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Here is Wildcat Den Cave.  You can climb all the way up into the cave and it does go back quite a ways.

 

Farther up the trail, I even found GREEN GRASS!!!  In December?  In Iowa??

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This loop is about 3 miles and I covered it in an hour and a half, but I spent quite a bit of time exploring and enjoying the area.

 

Time for lunch.

 

I built a small fire and broke out the hot dogs.

 

After lunch, I enjoyed a cigar, then cleaned up my dining room before leaving.  I am a firm believer in leaving a place in better condition that when I arrived.

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After lunch, I went down to the Pine Creek Mill at the far end of the park. This mill was built in the 1800's and was originally powered by Pine Creek.  The mill has been restored, but was closed for the winter.  The water coming over the dam made a very interesting sound.  There was the normal sound of the falling water, but it would also resonate in cycles, producing a deep, almost rumbling sound. This would fade in and out.

 

There were two millstones that were used at one time sitting outside.  It was interesting to see these.  I will have to come back sometime when the mill is open.

 

There is a steel bridge below the dam that at one time carried a huge amount of local traffic, most of it less than 4 horsepower.  I found the geocache located on the right side of the bridge.

 

Throughout this hike, I collected the information to log another Earthcache.  That is one of the reasons I enjoy geocaching - it gives me the chance to learn about different areas and to do it first hand - by being in the environment, being part of it.

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that broken tree is young but it does resemble the trees native americans bent to establish trail markers. there are examples all over iowa and the midwest of trees bent in the same way. i forget if they have a name. i have some pictures of them somewhere, ill try to find them.

That could be, Razor. Thanks. Looking closely at the broken tree, it looks like it has been growing back for at least 4-5 years.  Things like that would make excellent markers in the woods, as they would blend in and be part of the background unless you knew what you were looking for and how to interpret the signpost.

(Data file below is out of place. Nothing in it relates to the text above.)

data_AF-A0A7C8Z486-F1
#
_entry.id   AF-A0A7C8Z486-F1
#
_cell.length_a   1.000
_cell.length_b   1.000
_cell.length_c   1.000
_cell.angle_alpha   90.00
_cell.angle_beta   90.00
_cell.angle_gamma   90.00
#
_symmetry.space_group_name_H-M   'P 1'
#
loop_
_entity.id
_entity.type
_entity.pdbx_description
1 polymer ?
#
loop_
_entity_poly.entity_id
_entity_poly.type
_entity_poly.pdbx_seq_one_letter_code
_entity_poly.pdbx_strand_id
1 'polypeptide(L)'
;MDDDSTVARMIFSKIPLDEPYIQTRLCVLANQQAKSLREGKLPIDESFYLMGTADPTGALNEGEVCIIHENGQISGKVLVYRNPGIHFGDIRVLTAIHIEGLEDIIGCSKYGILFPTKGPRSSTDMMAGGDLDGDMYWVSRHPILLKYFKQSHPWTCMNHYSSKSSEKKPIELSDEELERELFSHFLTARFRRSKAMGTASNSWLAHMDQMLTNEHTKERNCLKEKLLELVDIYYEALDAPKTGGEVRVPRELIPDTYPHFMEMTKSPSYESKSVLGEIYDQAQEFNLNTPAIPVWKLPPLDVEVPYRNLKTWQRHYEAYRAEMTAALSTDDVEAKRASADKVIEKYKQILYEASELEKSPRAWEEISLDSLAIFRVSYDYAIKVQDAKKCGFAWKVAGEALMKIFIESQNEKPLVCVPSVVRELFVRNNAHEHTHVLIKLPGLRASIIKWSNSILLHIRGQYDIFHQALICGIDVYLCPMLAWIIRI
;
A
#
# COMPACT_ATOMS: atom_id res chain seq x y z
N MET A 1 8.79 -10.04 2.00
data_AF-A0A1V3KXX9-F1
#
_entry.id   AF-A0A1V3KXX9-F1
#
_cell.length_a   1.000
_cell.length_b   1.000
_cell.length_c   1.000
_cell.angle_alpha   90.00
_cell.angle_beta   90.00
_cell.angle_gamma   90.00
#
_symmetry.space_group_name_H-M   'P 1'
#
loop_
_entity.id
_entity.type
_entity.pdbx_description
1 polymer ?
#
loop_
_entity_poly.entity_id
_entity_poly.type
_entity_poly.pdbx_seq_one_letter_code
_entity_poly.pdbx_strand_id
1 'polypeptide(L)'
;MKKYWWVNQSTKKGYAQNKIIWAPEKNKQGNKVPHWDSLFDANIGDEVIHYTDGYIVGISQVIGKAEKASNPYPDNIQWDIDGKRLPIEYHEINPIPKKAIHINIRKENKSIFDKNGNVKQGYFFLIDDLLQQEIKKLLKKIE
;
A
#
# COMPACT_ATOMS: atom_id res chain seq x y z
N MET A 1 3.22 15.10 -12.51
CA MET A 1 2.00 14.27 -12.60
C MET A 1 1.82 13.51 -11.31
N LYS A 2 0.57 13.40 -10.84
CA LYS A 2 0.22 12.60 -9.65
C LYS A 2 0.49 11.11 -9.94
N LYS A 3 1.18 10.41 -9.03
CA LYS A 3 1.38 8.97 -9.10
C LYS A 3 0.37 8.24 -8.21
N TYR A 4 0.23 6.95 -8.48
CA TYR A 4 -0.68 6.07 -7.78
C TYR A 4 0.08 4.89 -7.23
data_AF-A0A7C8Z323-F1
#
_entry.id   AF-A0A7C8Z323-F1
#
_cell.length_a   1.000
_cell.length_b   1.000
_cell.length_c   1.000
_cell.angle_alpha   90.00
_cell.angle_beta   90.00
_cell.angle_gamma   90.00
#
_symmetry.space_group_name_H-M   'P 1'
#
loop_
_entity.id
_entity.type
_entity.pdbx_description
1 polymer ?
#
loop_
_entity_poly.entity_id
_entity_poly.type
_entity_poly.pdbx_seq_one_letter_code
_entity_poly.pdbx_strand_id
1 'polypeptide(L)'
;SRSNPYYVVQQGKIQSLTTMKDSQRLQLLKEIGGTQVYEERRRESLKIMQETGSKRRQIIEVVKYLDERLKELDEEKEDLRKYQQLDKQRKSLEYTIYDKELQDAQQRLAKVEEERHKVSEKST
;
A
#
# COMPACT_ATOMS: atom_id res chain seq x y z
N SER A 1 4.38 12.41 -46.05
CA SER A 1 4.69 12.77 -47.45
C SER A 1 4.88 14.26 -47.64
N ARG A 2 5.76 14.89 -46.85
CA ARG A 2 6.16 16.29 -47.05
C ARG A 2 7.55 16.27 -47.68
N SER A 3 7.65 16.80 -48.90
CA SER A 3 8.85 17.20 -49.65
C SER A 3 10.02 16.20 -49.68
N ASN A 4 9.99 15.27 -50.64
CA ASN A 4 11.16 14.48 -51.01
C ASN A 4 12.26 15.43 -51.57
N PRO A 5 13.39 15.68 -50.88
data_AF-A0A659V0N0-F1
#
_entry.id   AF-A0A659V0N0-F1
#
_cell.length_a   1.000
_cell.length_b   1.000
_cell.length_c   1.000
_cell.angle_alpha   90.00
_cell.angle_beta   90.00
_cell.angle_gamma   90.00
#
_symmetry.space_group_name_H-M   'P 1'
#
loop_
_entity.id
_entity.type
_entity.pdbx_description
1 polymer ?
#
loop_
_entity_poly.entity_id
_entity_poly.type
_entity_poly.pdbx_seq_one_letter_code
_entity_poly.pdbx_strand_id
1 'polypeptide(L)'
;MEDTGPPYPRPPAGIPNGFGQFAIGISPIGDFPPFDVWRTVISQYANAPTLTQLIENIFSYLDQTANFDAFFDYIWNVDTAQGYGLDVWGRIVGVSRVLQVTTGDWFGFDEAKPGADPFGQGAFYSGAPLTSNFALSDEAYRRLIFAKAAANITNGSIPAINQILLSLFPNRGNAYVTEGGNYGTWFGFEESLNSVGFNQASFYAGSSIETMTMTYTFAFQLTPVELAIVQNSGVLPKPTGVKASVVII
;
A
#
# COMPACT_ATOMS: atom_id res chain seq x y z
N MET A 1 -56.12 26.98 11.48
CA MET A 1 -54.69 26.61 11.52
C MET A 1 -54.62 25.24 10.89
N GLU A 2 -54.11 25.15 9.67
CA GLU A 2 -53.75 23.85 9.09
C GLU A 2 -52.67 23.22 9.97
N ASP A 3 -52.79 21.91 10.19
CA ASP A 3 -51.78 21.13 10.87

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you would love indian bluffs ofg. we will have to hit it sometime this spring.

Sounds like a great place to hit, Razor.  I have been to Palisades Kepler but would love to spend more time there.  It is about 20 minutes from where I work.  I might be off to Bixby State Preserve (A little north of Backbone) tomorrow or Friday.

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That could be, Razor. Thanks. Looking closely at the broken tree, it looks like it has been growing back for at least 4-5 years.  Things like that would make excellent markers in the woods, as they would blend in and be part of the background unless you knew what you were looking for and how to interpret the signpost.

thats why i said it looked to new. most the real ones are old, as much as 200+ years. ive sean one that was about 5 foot diameter and about 12-15 feet around. there are a couple  at indian creek nature center.

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On December 29, 2011, I made a trip out to Bixby State Preserve with Stacey, a geocaching pal, to find an Earthcache (Algific Talus Slope - GC33NQH).  We made our way to the parking area, as the road into the preserve was closed for the winter.  We walked in about 3/4 of a mile. 

 

Along the way, we passed a wash that fed into stream.  This looked like a set of stairs going up the hillside.

 

At the end of the road, we crossed a small stream that offered a beautiful view.